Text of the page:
It is on Ritan Road North in Chaoyang District, about 10 km (6.2 miles) from the center of the city. It is one of the five famous altars in Beijing built in 1530, which was the venue where the emperor offered sacrifice to the sun during Ming (1368-1644) and Qing dynasties (1644-1911). Ancient buildings in it were devastated before 1949. In 1951, the local government began the reconstruction of the relics in it; and in 1956, it was open to public with an extended area of 206,200 sq meters (246,613 sq yards). In recent years, new scenic areas are accessible to the visitors. An amusement park has been built for children; anglers can have a great time in the fishing zone; music festivals, the flower shows in the spring, the adoption and caring for the ancient trees and other various activities attract lots of people.
Reappearance of the original
At first, the west-facing altar in it was a raised rectangular white stone dais. Its surface was red glazed, symbolizing the sun. In the Qing Dynasty, the altar was rebuilt in brick, with nine-stair steps in the east, west, north, and south, each about 16.7 meters (18.3 yards) long, 16.7 meters wide and 2 meters (6.6 feet) high. The altar we see today was reconstructed in 1985 in accordance with its form in Qing Dynasty. Low walls covered with green glazed tiles surround the altar, measuring about 255 meters (279 yards) around and forming a square of about 4,667 sq meters (5,582 sq yards). The wall has six white stone gates on all four sides. Three gates sit in the west; outside these gates, there are big iron stoves which were used to burn the oblations. In the other three sides respectively have one gate.
By the northwest of the square a palace called Jufu was built, which originally stands in the south and in 1742 in the Qing Dynasty, the Emperor Qianlong made it change its place. The Jufu Palace was a rectangular courtyard. Three main halls face the south and in the east and west sides of the palace separately stand the three other halls. There, the emperor could relax and change his clothes.
Shen Ku (Holy Storehouse) and Shen Chu (Holy Kitchen) are located outside the north white stone gate. The west-facing Shen Ku is the place where the enshrined god worship tablets were stored, while the south-facing Shen Chu is where the oblations were made and deposited. Zaisheng Pavilion by the north of Shen Ku and Shen Chu is where animal sacrifices were slaughtered.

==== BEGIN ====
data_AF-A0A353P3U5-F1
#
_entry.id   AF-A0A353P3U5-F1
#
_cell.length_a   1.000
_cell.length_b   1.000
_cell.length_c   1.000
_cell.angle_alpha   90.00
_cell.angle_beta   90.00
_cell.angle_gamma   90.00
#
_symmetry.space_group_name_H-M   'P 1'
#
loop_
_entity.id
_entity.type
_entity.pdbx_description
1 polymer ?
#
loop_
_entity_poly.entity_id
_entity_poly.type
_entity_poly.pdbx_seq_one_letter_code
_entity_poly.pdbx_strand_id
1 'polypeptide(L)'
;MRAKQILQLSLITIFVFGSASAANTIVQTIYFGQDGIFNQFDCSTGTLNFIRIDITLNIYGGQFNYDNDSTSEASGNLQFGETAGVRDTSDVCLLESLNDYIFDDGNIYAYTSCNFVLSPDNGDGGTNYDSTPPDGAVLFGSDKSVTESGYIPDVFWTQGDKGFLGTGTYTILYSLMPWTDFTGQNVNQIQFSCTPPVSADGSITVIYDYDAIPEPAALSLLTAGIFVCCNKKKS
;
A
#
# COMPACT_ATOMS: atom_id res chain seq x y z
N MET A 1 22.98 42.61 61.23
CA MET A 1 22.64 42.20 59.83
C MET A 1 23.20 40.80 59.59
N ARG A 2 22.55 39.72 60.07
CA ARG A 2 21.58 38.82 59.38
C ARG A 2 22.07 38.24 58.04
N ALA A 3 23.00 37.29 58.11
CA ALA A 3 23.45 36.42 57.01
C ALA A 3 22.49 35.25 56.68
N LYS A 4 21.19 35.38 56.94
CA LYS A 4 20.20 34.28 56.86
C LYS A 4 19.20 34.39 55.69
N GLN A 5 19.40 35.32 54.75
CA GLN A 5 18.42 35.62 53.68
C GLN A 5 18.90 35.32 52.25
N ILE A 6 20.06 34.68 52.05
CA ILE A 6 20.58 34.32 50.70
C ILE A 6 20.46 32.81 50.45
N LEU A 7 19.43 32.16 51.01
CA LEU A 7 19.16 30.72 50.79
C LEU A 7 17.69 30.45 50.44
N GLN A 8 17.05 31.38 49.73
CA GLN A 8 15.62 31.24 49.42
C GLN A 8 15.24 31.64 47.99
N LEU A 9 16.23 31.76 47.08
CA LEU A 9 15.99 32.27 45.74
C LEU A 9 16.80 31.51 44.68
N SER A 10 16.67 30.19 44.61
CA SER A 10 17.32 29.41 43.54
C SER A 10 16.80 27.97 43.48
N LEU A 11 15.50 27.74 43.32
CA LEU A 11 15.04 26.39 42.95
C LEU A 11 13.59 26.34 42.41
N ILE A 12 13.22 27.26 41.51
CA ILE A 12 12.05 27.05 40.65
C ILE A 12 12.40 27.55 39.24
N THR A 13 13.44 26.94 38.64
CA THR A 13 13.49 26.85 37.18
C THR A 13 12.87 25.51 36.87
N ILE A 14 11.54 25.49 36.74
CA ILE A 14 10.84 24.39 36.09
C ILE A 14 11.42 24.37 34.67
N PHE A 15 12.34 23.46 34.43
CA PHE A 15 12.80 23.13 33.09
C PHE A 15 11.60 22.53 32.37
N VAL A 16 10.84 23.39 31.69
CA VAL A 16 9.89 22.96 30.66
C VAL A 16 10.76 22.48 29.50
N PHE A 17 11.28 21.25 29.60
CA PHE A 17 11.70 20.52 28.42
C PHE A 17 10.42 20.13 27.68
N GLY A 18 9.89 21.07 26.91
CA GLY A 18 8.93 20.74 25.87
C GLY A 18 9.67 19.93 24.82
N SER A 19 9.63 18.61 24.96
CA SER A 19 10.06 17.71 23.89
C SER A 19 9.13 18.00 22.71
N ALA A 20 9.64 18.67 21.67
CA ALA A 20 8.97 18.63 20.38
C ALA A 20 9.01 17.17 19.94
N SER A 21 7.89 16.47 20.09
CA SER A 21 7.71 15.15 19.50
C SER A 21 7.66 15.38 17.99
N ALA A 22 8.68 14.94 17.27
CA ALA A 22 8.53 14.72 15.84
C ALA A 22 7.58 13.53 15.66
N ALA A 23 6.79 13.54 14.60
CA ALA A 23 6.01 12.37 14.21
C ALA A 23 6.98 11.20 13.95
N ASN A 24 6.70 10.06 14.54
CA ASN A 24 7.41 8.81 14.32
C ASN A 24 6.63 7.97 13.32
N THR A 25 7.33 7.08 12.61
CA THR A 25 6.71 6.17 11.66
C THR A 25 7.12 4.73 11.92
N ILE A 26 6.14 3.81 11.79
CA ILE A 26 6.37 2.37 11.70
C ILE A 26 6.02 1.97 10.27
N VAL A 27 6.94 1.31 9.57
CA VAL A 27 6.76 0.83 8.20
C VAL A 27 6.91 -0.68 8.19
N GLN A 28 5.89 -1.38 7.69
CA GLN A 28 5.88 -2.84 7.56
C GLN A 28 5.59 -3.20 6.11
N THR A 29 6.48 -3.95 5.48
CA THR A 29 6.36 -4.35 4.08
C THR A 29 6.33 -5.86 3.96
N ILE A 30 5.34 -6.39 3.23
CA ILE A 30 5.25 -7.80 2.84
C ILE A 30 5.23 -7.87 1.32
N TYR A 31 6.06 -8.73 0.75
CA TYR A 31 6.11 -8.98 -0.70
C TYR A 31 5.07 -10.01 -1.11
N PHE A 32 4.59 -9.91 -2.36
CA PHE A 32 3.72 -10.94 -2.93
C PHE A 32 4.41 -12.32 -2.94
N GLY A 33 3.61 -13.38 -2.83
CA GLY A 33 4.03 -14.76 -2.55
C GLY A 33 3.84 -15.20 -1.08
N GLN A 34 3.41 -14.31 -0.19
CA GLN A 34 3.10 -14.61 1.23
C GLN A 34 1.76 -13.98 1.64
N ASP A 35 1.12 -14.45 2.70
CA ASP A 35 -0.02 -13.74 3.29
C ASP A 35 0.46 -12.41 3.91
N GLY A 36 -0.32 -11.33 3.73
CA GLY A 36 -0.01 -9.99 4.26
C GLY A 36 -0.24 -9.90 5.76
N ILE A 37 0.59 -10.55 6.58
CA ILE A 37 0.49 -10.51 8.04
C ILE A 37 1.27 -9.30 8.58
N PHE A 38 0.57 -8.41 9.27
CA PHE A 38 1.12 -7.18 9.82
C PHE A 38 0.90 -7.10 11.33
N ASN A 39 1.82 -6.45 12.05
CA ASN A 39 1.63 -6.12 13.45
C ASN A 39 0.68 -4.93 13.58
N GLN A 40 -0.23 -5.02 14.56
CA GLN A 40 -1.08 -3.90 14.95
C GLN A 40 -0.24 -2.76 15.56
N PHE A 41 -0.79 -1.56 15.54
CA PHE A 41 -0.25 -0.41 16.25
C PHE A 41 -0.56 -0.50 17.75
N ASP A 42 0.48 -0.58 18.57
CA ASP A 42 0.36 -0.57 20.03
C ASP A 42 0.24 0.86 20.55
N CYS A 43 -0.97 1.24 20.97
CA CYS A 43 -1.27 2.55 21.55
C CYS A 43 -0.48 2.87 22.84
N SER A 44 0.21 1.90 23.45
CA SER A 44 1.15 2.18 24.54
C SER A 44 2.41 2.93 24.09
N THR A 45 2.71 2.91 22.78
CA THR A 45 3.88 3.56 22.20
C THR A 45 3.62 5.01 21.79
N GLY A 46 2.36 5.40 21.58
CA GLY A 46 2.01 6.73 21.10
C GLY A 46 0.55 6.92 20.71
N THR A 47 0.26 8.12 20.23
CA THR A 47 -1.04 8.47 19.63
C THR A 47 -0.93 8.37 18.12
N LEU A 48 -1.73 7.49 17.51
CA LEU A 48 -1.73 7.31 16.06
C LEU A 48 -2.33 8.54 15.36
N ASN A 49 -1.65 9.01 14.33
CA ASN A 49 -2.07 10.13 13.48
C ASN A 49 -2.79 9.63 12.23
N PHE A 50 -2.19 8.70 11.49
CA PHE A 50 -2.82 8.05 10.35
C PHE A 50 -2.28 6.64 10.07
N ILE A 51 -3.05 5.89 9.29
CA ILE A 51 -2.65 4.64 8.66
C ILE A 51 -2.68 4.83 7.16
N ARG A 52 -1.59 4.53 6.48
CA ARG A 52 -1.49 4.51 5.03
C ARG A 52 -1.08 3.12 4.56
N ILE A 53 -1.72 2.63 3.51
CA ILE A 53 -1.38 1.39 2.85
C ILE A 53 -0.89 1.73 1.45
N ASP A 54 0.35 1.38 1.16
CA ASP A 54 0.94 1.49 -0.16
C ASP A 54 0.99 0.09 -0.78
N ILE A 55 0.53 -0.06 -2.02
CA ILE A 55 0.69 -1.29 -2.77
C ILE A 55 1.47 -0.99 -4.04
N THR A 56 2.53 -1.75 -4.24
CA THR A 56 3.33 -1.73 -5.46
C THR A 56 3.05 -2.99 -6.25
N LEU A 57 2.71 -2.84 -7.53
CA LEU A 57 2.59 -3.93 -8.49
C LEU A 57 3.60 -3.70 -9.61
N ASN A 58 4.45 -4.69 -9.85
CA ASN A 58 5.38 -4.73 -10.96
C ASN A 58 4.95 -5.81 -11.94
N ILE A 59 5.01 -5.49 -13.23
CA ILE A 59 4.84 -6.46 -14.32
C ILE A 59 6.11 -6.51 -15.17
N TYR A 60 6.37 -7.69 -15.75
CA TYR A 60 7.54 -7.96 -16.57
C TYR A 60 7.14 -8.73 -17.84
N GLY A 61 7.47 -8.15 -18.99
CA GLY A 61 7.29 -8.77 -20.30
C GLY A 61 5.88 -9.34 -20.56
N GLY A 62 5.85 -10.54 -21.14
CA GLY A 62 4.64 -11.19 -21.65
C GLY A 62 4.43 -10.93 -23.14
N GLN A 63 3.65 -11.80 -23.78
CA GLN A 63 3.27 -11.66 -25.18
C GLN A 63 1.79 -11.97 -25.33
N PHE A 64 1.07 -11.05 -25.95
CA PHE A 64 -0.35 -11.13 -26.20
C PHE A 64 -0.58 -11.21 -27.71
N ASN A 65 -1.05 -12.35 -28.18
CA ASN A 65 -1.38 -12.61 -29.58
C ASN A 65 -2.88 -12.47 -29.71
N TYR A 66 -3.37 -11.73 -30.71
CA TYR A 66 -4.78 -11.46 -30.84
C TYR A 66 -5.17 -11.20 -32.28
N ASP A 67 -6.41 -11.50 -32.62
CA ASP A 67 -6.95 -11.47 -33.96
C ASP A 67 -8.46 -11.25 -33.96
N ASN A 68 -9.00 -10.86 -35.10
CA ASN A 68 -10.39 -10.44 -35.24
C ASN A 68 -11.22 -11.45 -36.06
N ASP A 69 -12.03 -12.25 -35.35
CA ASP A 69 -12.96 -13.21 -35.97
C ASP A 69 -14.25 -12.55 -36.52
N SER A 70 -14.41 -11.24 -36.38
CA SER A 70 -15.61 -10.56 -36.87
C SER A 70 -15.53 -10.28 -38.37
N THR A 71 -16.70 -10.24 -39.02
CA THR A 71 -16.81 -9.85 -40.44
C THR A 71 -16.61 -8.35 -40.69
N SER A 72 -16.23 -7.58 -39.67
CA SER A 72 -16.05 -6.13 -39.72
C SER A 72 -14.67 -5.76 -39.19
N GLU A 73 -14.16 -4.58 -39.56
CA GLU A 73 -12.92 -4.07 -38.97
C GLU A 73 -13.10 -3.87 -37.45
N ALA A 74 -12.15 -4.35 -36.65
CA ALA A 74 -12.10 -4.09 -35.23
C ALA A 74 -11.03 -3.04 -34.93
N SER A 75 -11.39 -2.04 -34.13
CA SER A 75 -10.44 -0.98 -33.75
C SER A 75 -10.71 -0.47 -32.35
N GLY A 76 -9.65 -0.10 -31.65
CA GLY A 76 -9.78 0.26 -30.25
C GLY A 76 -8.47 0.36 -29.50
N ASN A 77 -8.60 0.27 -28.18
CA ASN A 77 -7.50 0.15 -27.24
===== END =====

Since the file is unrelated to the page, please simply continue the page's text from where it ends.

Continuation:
There are 44 ancient trees in it, one of which is a 1,100-year-old cypress tree. Its twisting, encircling and upward-pointing branches are just like nine black dragons, so it is named "Nine Dragon Cypress (Jiulong Cypress)".
A Sketch of New Scenery
Yuxin Garden takes an area of 3,000 sq meters. The scenery is enchanting: walking along the winding path in the garden you can see a sycamore one meter (1.1 yards) in girth. The thick-branched and wide-spreading tree is like a beach umbrella, providing welcome shade for summer visitors.
Southwest Scenic Section
The forest-clad mountain and the beautiful lake complete the scene. The lake covers an area of about 4,700 sq meters (5,621 sq yards), and it sparkles in the sunlight. Ancient-style pavilions, painted stone and boats wait by the side of the lake.
Qinghui Pavilion is located in the southeast side. You can enjoy the beautiful sunrise here.
06:00—21:00 (Winter) 06:00—22:00 (Summer)
|Subway Routes:||Take Subway Line 1 or Subway Line 2 to Jianguomen Station. Get out from Exit B. Then walk about 1km to the south gate.|
1. Take bus 639 or 640 to Ritan Gongyuan Station.
2. Take bus 44, 750 or 800 to Yabao Lu Station; walk east.
3. Take bus 28 or 43 to Fangcaodi Nan Station; walk west.
4. Take bus 126, 804, 9, 99, 673, 666, 403, 1, 120, 728, 205 and get off at Ritan Road; walk around 400 meters toward north to reach the South Gate of the park.
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Best time to visit:
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